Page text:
For most of us, just the word, conjures up a negative response. Afterall, isn’t stress responsible for everything from lack of focus, poor sleep, unexpected outbursts, to acne. It’s the default word for almost anything bad happening in your life. But what about good stress? Is there such a thing?

Technically “stress” is anything that pulls your body out of homeostasis. In other words, according to the oxford dictionary, “a characteristic of a system that regulates its internal environment and tends to maintain a stable, common, relatively constant condition of properties.”

The balance between external stimulus and your internal state dictate whether a stimulus becomes a stressor. External stimulus such as interpersonal conflict, chemical, mechanical, thermal, and radiation can all pull the body out of homeostasis because they create a measurable response in our physiology that is paired with an undesirable emotional or physical response commonly referred to as “stress”.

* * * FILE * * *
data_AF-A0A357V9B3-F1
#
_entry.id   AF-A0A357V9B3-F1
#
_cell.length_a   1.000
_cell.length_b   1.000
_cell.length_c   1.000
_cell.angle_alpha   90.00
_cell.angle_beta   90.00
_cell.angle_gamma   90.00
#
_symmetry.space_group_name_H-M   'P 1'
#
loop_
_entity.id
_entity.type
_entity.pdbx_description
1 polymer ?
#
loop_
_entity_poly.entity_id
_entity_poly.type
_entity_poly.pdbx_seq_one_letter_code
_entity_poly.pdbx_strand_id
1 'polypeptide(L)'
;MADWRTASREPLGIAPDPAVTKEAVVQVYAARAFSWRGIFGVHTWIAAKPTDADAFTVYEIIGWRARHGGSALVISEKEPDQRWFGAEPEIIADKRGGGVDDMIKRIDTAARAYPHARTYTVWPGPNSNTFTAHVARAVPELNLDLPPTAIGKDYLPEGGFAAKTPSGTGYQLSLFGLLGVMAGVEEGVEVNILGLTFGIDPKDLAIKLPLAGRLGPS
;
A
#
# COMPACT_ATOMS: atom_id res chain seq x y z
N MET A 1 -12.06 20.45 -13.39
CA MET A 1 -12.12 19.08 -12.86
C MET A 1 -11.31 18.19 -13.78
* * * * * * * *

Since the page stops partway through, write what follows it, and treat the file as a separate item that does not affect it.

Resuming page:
However, it is stressors that lower a function temporarily causing the body to respond in one of two ways. It will either adapt to a higher level of function or not. If the body is not adaptive then stress becomes a negative state and you become aware of it.

Rehabilitation is a form of exercise and exercise is a form of controlled stress. The choice, duration, intensity, and frequency are chosen along with the avoidance of other stimulus that may interfere with the ability to adapt to the higher level of function.

Brain repair requires stressors to adapt to a higher level of function in order to repair. One type of exercise for concussion rehabilitation is oculomotor exercises. As the brain cells begin to produce more energy, the energy is directed to the demands of the exercise allowing the neuropathways to regain full function. If the appropriate exercise is not implemented, the tissue will heal but you will have adapted to a lower level of function.